The conflicting realities of data globalisation could not be more striking. On the one hand, every day practice shows that data is geographically neutral and simply flows across global networks to make itself available to those with access to it. On the other, it is going to take a fair amount of convincing to show that any restrictions on international data flows should be both measured and realistic. To address these conflicting realities we must therefore acknowledge the global nature of the web and Internet communications, the borderless fluidity of the mobile ecosystem and our human ability to embrace the most ambitious innovations and make them ordinary. So since we cannot stop the technological evolution of our time and the increasing value of data, perhaps it is time to accept that regulating data flows should not be about putting up barriers but about applying globally recognised safeguards.

This article was first published in Data Protection Law & Policy in June 2013.

How PRISM will affect the EU Data Protection Regulation

Posted on June 10th, 2013 by

Politics aside, we can take it for granted that the recent revelations about the PRISM programme are likely to have a direct effect on the EU data protection legislative reform. Details of the programme are still pouring in but according to the reports already in the public domain, under PRISM the US intelligence services have direct access to the content and traffic data available in the servers of all of the leading Internet communications companies. Whether those reports are entirely accurate will now hardly matter from an EU public policy perspective. You can count on the PRISM story being used as a strong argument in favour of a tough stand on the future EU privacy framework.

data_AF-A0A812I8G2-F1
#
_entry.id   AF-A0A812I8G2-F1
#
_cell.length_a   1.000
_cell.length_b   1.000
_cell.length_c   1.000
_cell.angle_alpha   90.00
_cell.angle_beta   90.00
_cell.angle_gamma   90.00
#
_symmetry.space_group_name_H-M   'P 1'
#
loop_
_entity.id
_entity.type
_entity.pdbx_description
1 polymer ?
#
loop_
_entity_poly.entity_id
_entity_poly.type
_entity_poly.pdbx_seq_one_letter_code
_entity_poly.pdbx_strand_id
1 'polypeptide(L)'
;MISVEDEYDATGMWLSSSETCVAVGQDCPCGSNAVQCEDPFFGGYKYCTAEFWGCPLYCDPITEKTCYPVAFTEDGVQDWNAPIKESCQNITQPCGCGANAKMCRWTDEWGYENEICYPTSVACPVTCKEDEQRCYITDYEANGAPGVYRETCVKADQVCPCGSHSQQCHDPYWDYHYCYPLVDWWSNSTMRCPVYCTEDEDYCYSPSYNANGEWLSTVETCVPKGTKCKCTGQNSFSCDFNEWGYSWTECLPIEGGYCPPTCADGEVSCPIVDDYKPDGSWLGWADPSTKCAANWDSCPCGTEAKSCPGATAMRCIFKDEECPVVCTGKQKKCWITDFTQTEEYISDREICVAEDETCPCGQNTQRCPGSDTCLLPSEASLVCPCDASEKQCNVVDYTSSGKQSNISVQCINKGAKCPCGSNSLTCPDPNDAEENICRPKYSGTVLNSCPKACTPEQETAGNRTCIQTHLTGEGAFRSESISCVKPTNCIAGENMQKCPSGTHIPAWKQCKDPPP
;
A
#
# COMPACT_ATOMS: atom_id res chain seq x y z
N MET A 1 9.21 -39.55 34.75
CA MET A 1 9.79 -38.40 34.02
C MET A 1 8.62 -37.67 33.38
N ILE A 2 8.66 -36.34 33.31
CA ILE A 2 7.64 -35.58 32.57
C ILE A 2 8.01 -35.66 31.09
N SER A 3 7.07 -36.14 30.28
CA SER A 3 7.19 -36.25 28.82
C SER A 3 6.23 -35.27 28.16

Apart from the obvious ‘I told you so’ justifications for a strict and wide reaching data protection regime in Europe that will populate much of the political rhetoric from now on, there are specific provisions in the draft Data Protection Regulation that may end up being the perfect recipe for a conflict of international laws. In particular, the PRISM revelations will increase the reluctance of the EU Parliament to allow disclosures of personal data in response to a legal obligation or public interest duties which do not specifically emanate from EU law. Therefore, any hopes of widening the current references in the draft Regulation to “European Union law or the law of the EU Member State to which a controller is subject” as a basis for either justifying data processing operations which are necessary for compliance with a legal obligation or the performance of a task carried out in the public interest are now substantially smaller. What this means in practice is that global organisations operating in the European Union may be left facing a conflict between complying with legally binding non-EU duties or avoiding a breach of EU data protection law.

The other aspect of EU data protection law directly affected by the PRISM story is the restriction on international data transfers. This is indisputably one of the greatest compliance challenges for EU organisations and one that many of us were hoping would be more pragmatically addressed in the new law. What are the chances of that now?? My guess is that this sort of story is the perfect ammunition for those who seek to maintain the pureness of ‘adequacy findings’ and therefore, it will make it more difficult for any country – not least the USA – that wishes to be regarded as providing an adequate level of data protection. In addition to that, all of the other mechanisms and exemptions to overcome the restrictions on international data transfers – Safe Harbor, contractual arrangements, BCR, transfers made on the grounds of public interest – will be much more closely scrutinised, so global data flows will remain a focus of regulatory attention.